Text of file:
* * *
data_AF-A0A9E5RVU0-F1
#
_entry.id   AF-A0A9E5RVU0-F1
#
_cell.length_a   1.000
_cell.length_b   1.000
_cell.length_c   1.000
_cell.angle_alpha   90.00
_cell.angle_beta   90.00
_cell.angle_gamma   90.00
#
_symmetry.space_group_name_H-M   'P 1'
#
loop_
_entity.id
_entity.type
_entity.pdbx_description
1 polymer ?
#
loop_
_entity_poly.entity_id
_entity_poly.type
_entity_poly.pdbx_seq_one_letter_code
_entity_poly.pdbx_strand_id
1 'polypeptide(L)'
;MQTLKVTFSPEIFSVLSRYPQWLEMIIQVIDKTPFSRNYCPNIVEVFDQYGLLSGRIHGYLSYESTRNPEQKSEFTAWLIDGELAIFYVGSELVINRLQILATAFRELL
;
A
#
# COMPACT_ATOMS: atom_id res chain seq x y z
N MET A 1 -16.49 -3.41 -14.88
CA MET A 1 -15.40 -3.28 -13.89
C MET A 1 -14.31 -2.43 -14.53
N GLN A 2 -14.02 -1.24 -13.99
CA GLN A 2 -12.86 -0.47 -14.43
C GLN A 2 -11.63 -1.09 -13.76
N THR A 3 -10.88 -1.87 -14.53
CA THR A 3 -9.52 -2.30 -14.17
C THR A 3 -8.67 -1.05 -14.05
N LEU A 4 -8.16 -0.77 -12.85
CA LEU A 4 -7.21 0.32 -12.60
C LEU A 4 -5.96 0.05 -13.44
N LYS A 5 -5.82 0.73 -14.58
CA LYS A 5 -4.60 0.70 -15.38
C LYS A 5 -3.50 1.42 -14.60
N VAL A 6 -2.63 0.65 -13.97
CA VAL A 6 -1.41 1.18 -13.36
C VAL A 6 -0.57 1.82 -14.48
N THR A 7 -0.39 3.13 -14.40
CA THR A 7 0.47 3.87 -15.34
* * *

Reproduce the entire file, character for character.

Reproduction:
data_AF-A0A9E5RVU0-F1
#
_entry.id   AF-A0A9E5RVU0-F1
#
_cell.length_a   1.000
_cell.length_b   1.000
_cell.length_c   1.000
_cell.angle_alpha   90.00
_cell.angle_beta   90.00
_cell.angle_gamma   90.00
#
_symmetry.space_group_name_H-M   'P 1'
#
loop_
_entity.id
_entity.type
_entity.pdbx_description
1 polymer ?
#
loop_
_entity_poly.entity_id
_entity_poly.type
_entity_poly.pdbx_seq_one_letter_code
_entity_poly.pdbx_strand_id
1 'polypeptide(L)'
;MQTLKVTFSPEIFSVLSRYPQWLEMIIQVIDKTPFSRNYCPNIVEVFDQYGLLSGRIHGYLSYESTRNPEQKSEFTAWLIDGELAIFYVGSELVINRLQILATAFRELL
;
A
#
# COMPACT_ATOMS: atom_id res chain seq x y z
N MET A 1 -16.49 -3.41 -14.88
CA MET A 1 -15.40 -3.28 -13.89
C MET A 1 -14.31 -2.43 -14.53
N GLN A 2 -14.02 -1.24 -13.99
CA GLN A 2 -12.86 -0.47 -14.43
C GLN A 2 -11.63 -1.09 -13.76
N THR A 3 -10.88 -1.87 -14.53
CA THR A 3 -9.52 -2.30 -14.17
C THR A 3 -8.67 -1.05 -14.05
N LEU A 4 -8.16 -0.77 -12.85
CA LEU A 4 -7.21 0.32 -12.60
C LEU A 4 -5.96 0.05 -13.44
N LYS A 5 -5.82 0.73 -14.58
CA LYS A 5 -4.60 0.70 -15.38
C LYS A 5 -3.50 1.42 -14.60
N VAL A 6 -2.63 0.65 -13.97
CA VAL A 6 -1.41 1.18 -13.36
C VAL A 6 -0.57 1.82 -14.48
N THR A 7 -0.39 3.13 -14.40
CA THR A 7 0.47 3.87 -15.34